10. Modality / B. Possibility / 5. Contingency
A reason must be given why contingent beings should exist rather than not exist
10. Modality / E. Possible worlds / 1. Possible Worlds / a. Possible worlds
Leibniz narrows down God's options to one, by non-contradiction, sufficient reason, indiscernibles, compossibility [Harré]
Each monad expresses all its compatible monads; a possible world is the resulting equivalence class [Rumfitt]
Leibniz proposed possible worlds, because they might be evil, where God would not create evil things [Stewart,M]
10. Modality / E. Possible worlds / 3. Transworld Objects / c. Counterparts
Leibniz has a counterpart view of de re counterfactuals [Cover/O'Leary-Hawthorne]
11. Knowledge Aims / A. Knowledge / 2. Understanding
For Leibniz, divine understanding grasps every conceivable possibility [Perkins]
11. Knowledge Aims / C. Knowing Reality / 3. Idealism
Leibniz said dualism of mind and body is illusion, and there is only mind [Martin/Barresi]
Leibniz is an idealist insofar as the basic components of his universe are all mental [Jolley]
14. Science / D. Explanation / 2. Types of Explanation / k. Explanations by essence
The essence of substance is the law of its changes, as in the series of numbers
15. Nature of Minds / B. Features of Minds / 1. Consciousness / a. Consciousness
Leibniz introduced the idea of degrees of consciousness, essential for his monads [Perkins]
16. Persons / F. Free Will / 6. Determinism / a. Determinism
We think we are free because the causes of the will are unknown; determinism is a false problem
17. Mind and Body / A. Mind-Body Dualism / 3. Panpsychism
Leibniz has a panpsychist view that physical points are spiritual [Martin/Barresi]
17. Mind and Body / A. Mind-Body Dualism / 4. Occasionalism
Occasionalism give a false view of natural laws, miracles, and substances [Jolley]
18. Thought / D. Concepts / 2. Origin of Concepts / a. Origin of concepts
Concepts are ordered, and show eternal possibilities, deriving from God [Arthur,R]
19. Language / A. Nature of Meaning / 7. Meaning Holism / a. Sentence meaning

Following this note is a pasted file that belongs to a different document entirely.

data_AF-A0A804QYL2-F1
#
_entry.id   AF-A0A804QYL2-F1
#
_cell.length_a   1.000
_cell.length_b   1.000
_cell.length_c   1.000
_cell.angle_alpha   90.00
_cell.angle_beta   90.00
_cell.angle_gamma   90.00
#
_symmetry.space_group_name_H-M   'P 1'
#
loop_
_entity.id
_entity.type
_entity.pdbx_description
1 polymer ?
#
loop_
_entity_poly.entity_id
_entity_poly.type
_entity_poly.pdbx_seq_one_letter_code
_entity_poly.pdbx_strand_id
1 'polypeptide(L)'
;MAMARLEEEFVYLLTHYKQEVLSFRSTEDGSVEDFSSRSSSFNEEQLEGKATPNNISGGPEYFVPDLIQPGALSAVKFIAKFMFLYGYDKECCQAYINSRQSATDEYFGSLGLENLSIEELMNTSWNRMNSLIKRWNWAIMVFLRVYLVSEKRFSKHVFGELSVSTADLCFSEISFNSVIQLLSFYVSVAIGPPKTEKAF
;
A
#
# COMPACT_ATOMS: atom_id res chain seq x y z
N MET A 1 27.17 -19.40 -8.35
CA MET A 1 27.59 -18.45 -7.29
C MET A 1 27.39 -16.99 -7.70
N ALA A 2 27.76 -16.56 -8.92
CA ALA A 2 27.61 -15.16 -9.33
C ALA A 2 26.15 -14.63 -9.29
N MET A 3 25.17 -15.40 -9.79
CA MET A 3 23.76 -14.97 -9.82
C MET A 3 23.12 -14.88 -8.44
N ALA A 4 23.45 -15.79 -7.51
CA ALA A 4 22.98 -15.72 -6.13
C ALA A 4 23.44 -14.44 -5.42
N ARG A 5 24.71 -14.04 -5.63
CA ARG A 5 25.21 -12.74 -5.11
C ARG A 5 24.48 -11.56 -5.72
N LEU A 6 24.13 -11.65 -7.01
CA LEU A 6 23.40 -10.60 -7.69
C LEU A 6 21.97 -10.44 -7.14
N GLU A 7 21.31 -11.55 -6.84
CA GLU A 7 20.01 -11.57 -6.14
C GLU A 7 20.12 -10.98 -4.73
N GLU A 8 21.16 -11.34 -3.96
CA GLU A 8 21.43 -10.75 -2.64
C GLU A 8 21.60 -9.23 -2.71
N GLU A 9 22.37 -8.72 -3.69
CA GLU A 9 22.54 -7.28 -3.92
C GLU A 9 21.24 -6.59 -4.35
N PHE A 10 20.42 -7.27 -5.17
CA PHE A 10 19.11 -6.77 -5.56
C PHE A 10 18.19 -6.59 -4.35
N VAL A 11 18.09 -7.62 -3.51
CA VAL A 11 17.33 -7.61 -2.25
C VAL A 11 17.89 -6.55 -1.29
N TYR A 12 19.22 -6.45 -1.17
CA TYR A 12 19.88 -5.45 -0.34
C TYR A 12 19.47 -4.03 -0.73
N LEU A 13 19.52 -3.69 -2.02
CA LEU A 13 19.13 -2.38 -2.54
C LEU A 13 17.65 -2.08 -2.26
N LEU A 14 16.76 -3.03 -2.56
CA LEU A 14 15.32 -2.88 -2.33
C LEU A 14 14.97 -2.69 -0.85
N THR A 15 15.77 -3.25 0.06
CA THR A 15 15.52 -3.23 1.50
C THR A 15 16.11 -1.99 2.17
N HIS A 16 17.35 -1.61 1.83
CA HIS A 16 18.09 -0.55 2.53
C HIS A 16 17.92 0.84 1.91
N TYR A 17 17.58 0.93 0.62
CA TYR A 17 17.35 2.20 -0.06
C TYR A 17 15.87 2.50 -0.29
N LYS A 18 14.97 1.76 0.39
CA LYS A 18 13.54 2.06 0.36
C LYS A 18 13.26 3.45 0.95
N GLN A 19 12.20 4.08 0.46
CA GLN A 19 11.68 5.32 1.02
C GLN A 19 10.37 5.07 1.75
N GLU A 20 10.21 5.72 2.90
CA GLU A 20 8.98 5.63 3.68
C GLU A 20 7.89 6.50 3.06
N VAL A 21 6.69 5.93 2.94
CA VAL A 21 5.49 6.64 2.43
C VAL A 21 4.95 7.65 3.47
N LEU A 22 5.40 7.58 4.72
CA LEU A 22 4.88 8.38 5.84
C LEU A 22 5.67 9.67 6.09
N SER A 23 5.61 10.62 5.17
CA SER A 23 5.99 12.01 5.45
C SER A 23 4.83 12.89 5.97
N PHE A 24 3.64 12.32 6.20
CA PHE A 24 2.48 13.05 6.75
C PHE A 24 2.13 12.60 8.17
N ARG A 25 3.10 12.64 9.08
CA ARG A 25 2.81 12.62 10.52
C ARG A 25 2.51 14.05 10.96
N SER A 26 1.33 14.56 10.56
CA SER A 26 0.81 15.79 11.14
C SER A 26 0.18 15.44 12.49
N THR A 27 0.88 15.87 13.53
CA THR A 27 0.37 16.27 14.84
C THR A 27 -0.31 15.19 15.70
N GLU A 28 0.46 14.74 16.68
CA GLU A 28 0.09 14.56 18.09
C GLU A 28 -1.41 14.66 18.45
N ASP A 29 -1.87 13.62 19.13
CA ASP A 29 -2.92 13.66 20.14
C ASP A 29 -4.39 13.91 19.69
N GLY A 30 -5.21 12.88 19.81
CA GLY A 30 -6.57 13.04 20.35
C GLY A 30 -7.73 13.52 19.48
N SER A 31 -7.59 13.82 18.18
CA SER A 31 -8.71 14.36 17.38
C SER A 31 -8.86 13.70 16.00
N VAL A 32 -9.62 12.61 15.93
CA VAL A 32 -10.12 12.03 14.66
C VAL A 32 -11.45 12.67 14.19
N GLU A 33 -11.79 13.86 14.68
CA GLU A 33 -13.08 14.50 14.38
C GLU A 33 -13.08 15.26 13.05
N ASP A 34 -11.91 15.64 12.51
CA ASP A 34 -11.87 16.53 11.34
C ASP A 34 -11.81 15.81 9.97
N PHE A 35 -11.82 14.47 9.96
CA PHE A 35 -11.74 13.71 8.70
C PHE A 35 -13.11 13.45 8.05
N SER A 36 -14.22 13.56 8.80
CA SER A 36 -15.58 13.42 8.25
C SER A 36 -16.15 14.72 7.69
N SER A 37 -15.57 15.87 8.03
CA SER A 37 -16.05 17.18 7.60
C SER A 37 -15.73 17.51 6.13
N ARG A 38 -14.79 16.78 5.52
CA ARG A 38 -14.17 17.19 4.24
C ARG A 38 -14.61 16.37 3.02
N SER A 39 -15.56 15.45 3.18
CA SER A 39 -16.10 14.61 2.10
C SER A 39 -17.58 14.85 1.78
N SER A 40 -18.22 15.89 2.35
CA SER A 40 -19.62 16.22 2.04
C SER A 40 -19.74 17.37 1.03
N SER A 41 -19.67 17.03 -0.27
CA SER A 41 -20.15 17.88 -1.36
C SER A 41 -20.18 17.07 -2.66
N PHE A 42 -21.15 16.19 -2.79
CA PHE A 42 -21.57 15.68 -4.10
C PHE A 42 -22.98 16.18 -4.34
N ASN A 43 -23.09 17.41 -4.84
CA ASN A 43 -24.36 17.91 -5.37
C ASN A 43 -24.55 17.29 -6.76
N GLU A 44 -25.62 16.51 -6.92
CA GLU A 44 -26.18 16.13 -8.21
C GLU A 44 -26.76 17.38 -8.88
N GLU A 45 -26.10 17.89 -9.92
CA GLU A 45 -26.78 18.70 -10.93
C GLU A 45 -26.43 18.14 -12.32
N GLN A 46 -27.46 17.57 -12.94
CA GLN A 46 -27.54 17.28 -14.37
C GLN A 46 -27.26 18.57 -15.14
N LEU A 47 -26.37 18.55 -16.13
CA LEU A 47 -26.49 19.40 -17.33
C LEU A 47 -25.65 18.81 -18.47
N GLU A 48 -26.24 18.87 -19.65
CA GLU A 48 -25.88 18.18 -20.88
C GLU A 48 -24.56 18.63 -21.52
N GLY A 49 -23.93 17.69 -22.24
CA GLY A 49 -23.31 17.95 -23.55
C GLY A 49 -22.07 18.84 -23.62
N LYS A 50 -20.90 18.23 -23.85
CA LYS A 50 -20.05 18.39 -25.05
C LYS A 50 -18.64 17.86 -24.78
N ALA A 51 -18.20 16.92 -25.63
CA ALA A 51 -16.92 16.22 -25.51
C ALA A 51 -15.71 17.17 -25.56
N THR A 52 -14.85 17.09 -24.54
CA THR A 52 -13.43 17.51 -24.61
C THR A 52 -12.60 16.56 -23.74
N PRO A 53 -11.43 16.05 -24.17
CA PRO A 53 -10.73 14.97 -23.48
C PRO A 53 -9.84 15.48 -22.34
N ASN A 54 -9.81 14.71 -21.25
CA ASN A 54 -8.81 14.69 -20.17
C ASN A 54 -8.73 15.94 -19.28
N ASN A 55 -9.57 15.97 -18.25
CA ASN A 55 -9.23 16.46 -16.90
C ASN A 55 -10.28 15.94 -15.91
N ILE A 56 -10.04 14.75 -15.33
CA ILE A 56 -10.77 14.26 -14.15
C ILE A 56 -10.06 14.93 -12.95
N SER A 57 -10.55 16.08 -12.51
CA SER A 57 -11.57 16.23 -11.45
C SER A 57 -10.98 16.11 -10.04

Leibniz was the first modern to focus on sentence-sized units (where empiricists preferred word-size) [Hart,WD]
20. Action / B. Preliminaries of Action / 2. Willed Action / d. Weakness of will
Limited awareness leads to bad choices, and unconscious awareness makes us choose the bad [Perkins]
21. Aesthetics / A. Aesthetic Experience / 4. Beauty
Leibniz identified beauty with intellectual perfection [Gardner]
22. Metaethics / C. Ethics Foundations / 1. Nature of Ethics / g. Moral responsibility
Humans are moral, and capable of reward and punishment, because of memory and self-consciousness [Jolley]
25. Society / E. State Functions / 1. The Law / b. Natural law
Natural law theory is found in Aquinas, in Leibniz, and at the Nuremberg trials [Jolley]
26. Natural Theory / A. Speculations on Nature / 6. Early Matter Theories / g. Atomism
Leibniz rejected atoms, because they must be elastic, and hence have parts [Garber]
Microscopes and the continuum suggest that matter is endlessly divisible
26. Natural Theory / A. Speculations on Nature / 7. Later Matter Theories / a. Early Modern matter
Leibniz struggled to reconcile bodies with a reality of purely soul-like entities [Jolley]
26. Natural Theory / A. Speculations on Nature / 7. Later Matter Theories / c. Matter as extension
Leibniz eventually said resistance, rather than extension, was the essence of body [Pasnau]
26. Natural Theory / D. Laws of Nature / 8. Scientific Essentialism / c. Essence and laws
Leibniz wanted to explain motion and its laws by the nature of body [Garber]
The law within something fixes its persistence, and accords with general laws of nature
26. Natural Theory / D. Laws of Nature / 10. Closure of Physics
Leibniz had an unusual commitment to the causal completeness of physics [Papineau]
27. Natural Reality / A. Classical Physics / 1. Mechanics / c. Forces
Leibniz uses 'force' to mean both activity and potential
28. God / B. Proving God / 2. Proofs of Reason / a. Ontological Proof
God's existence is either necessary or impossible [Scruton]
28. God / C. Attitudes to God / 5. Atheism
Leibniz was closer than Spinoza to atheism [Stewart,M]